I just love the way the shirts turn out using the Mokume technique. The pattern is so interesting.

I'm also looking at everything I would need to do & have to do a show. I have quite the list of things I would need. Unfortunately, the tent my SIL could loan me isn't the kind that would work well for a craft show.
But I have my MN tax ID# and can now legally collect and pay MN sales tax. Yippee? Kind of. But I'm legal. I'm sure my Mom is proud of me, or at least glad she won't read about me in the paper for Bad Things. When I 'went out into the world' she gave me the advice that if it was something I don't want her to find out about, maybe I shouldn't do it.

Friday, July 9, 2010

Look at all the pretty colors

Wandering through the aisles of a big box hardware store/lumberyard is good. You never know what kind of useful items you'll find. I found a bunch of buckets for $1 each. Although one of the buckets had a leak. A bucket has one simple job to do and it failed at it. Oh well, it holds my tools and batik shapes now.

This way I can do several different colors at one time. I know, I could do them all the same color in a large bucket. But I didn't want to. Not today.

Did you know you can hang buckets from your pegboard? Useful when you don't have a very large work counter for storage.

Dad found some nice larger plastic trays at one of the other stores. They would work well for dyeing a few shirts in a batch.

Thursday, July 8, 2010


Since I do my dyeing in the basement, and I have an awful lot of other stuff in there, I have to make do with what I have. This is a picture of mixing up various dyes for several items I dyed last night. I know I don't have the nice diagram that Dharma has on their site. But then my drawing skills aren't as good as the person that made the picture.

The wet paper on the washer works well to capture the dye powder. Then you don't worry about it floating everywhere and getting on things you don't expect. Did you notice it also helps with keeping the spilled dye liquid from going everywhere. It is blank newsprint, regular newspapers work well also.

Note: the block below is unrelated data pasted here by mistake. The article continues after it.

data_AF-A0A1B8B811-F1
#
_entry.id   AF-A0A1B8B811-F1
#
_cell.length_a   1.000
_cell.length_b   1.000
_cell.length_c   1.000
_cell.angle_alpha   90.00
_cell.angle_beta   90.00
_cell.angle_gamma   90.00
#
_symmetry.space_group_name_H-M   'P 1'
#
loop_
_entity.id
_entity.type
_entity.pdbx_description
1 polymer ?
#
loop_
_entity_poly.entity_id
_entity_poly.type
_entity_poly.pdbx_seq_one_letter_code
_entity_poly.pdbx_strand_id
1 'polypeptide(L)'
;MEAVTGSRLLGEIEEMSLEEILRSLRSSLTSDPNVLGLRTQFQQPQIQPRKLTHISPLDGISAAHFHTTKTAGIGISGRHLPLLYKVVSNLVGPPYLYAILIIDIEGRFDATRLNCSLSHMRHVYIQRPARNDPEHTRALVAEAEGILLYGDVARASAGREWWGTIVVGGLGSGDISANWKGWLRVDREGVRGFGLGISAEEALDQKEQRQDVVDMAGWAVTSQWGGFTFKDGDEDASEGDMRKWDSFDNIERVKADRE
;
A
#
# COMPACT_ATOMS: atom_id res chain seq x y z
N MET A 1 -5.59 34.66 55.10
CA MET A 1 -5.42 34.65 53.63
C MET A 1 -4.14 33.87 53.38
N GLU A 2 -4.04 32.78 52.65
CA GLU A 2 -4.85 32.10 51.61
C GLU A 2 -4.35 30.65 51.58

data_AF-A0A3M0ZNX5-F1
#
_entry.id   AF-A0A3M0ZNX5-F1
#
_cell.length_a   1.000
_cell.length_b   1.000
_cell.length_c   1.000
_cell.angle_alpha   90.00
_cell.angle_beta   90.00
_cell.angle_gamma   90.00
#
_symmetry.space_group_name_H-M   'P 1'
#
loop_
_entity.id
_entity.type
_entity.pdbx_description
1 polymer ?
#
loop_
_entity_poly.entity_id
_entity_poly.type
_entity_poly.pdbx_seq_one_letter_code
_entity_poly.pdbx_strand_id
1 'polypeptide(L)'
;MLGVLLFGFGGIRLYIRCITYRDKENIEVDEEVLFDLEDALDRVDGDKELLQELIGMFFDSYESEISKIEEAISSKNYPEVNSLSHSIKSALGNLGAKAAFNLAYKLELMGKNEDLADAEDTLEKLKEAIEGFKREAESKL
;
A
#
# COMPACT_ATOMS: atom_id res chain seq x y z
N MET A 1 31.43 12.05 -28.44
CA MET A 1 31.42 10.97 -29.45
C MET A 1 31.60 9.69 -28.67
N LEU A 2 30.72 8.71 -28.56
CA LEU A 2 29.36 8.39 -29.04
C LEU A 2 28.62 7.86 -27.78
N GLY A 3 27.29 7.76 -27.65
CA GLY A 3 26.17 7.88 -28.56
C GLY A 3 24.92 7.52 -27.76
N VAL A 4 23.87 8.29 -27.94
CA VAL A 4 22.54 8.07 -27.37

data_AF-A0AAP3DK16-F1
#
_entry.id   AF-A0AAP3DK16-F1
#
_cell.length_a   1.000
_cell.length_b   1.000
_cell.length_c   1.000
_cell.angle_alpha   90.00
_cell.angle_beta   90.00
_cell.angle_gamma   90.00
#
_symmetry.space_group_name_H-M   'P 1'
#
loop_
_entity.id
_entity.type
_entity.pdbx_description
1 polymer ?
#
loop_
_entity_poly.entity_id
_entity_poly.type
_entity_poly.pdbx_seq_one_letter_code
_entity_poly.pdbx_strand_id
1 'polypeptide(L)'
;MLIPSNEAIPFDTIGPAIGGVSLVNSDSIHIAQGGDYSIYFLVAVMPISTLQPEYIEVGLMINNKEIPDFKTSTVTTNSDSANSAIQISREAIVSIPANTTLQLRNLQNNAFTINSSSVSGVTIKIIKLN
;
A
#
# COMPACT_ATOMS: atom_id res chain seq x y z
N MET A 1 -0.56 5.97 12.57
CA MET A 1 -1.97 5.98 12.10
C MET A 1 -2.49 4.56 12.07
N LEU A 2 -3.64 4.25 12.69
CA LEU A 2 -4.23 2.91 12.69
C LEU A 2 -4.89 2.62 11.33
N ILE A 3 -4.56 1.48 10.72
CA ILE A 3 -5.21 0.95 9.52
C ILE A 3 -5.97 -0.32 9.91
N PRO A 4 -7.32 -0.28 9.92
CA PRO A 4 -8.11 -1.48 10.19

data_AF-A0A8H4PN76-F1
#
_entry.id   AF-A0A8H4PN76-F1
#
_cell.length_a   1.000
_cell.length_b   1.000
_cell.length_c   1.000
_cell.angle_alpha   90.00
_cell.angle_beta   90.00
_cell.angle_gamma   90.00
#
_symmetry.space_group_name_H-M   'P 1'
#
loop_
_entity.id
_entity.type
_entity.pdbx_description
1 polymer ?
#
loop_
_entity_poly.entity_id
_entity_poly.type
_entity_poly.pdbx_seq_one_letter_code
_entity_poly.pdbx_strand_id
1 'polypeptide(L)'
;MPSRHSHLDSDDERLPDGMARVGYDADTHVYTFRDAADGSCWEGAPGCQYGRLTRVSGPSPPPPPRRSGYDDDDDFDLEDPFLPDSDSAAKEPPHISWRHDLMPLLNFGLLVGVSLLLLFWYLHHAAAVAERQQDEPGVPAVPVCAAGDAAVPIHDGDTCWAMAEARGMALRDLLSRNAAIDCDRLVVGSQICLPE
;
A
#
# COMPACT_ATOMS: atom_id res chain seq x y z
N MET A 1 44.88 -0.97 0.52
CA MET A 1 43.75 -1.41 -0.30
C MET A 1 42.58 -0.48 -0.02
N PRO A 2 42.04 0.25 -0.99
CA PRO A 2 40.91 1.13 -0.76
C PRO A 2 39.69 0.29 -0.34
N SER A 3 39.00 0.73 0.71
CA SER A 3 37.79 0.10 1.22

The cheapo measuring cups I got at the dollar store work well to mix up dye. You can do a lot of colors all at once.

I'm still working on how to 'paste up' my dye powder. Not sure if it is my technique or my tools. Do I need higher quality plastic spoons? I don't do so well and end up having a lot of particles in the filter. But I fix that by pouring the urea water I'm mixing with the dye through the filter after the dye mix to dissolve the powder completely. It works for submersion dyeing since you need a fair amount of liquid to put the item in. But not so well if you want to use thickened dye. to control spreading. That reminds me, I need to check my container of sodium alginate and make sure nothing is growing in it.

Another try

Some more practicing with a tjap. This try is better, not such huge wax globs. I have a small cookie sheet - like the size for a toaster oven - that I'm using to hold the wax. Then a piece of craft felt that is folded double fills half of it. The felt works like an ink pad. It lets me get a smaller amount of wax because I'm not dipping the tjap in the wax so far. Trying to shake off the extra wax doesn't work so well for me, I don't want to fling wax all over my basement.

For the next try, I'll figure out a way to have a slightly padded surface for the fabric. I think the tjap is slightly uneven. Most tjaps available had been used for many years. Or at least the ones with prices I'm willing to pay.

I still need to play with making some shapes myself. I got a piece of sheet metal at the hardware store. It should be a nice thickness to use.

Thursday, July 1, 2010

A few posts ago I mentioned that cookie cutters work well to use with batik. Since I'm not so good at drawing - you should see my handwriting - shapes allow me to do cleaner, finer work. Then the shape of the flower is closer to what I was expecting. Although with batik it still doesn't always come out how you expect. Often there will be a bit more wax on one part of the shape than elsewhere. But then if you wanted it to be perfectly even you would go to the store and buy it.

I'd like some more cookie cutters, but can't find what I want at the stores around town. Of course, you can buy all sorts of cookie cutters online, has dozens of designs. I haven't ordered from them before, so I can't vouch, but I'm certainly contemplating.

But when I mentioned it to my husband, he found me some instructions on how to make some of my own. Instructables has some info on making some.
This video shows someone making a much more detailed cutter. And he seems to have tools most of us don't. You could probably find another tool around the house to stand in, they just won't be quite as easy to use. I'll have to give it a try and see what I can make.